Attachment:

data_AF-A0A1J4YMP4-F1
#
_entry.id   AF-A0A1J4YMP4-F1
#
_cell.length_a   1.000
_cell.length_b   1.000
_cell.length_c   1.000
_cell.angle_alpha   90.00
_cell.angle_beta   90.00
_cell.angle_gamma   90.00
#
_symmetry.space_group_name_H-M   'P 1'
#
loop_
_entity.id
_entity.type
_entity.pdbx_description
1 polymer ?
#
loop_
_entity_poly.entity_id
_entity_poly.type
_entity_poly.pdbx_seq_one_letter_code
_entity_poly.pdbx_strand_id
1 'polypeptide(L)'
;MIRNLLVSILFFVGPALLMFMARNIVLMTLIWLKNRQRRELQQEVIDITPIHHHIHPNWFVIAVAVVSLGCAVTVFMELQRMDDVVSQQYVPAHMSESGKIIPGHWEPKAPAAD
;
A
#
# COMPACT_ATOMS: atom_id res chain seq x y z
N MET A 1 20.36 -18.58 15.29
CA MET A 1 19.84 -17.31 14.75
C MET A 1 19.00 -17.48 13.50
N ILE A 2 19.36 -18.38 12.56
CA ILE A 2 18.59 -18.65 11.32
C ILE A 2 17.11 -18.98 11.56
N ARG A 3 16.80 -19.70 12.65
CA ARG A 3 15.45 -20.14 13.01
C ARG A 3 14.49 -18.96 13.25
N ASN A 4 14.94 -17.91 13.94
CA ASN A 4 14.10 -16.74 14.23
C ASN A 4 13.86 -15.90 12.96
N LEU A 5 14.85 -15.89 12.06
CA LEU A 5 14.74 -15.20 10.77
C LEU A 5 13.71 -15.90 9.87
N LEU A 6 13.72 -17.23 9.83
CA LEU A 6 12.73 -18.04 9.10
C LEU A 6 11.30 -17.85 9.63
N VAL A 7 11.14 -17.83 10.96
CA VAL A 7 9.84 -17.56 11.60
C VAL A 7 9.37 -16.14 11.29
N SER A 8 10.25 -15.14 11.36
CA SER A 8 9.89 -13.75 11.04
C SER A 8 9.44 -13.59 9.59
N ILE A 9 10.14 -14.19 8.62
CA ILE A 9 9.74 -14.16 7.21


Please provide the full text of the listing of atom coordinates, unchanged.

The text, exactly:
data_AF-A0A1J4YMP4-F1
#
_entry.id   AF-A0A1J4YMP4-F1
#
_cell.length_a   1.000
_cell.length_b   1.000
_cell.length_c   1.000
_cell.angle_alpha   90.00
_cell.angle_beta   90.00
_cell.angle_gamma   90.00
#
_symmetry.space_group_name_H-M   'P 1'
#
loop_
_entity.id
_entity.type
_entity.pdbx_description
1 polymer ?
#
loop_
_entity_poly.entity_id
_entity_poly.type
_entity_poly.pdbx_seq_one_letter_code
_entity_poly.pdbx_strand_id
1 'polypeptide(L)'
;MIRNLLVSILFFVGPALLMFMARNIVLMTLIWLKNRQRRELQQEVIDITPIHHHIHPNWFVIAVAVVSLGCAVTVFMELQRMDDVVSQQYVPAHMSESGKIIPGHWEPKAPAAD
;
A
#
# COMPACT_ATOMS: atom_id res chain seq x y z
N MET A 1 20.36 -18.58 15.29
CA MET A 1 19.84 -17.31 14.75
C MET A 1 19.00 -17.48 13.50
N ILE A 2 19.36 -18.38 12.56
CA ILE A 2 18.59 -18.65 11.32
C ILE A 2 17.11 -18.98 11.56
N ARG A 3 16.80 -19.70 12.65
CA ARG A 3 15.45 -20.14 13.01
C ARG A 3 14.49 -18.96 13.25
N ASN A 4 14.94 -17.91 13.94
CA ASN A 4 14.10 -16.74 14.23
C ASN A 4 13.86 -15.90 12.96
N LEU A 5 14.85 -15.89 12.06
CA LEU A 5 14.74 -15.20 10.77
C LEU A 5 13.71 -15.90 9.87
N LEU A 6 13.72 -17.23 9.83
CA LEU A 6 12.73 -18.04 9.10
C LEU A 6 11.30 -17.85 9.63
N VAL A 7 11.14 -17.83 10.96
CA VAL A 7 9.84 -17.56 11.60
C VAL A 7 9.37 -16.14 11.29
N SER A 8 10.25 -15.14 11.36
CA SER A 8 9.89 -13.75 11.04
C SER A 8 9.44 -13.59 9.59
N ILE A 9 10.14 -14.19 8.62
CA ILE A 9 9.74 -14.16 7.21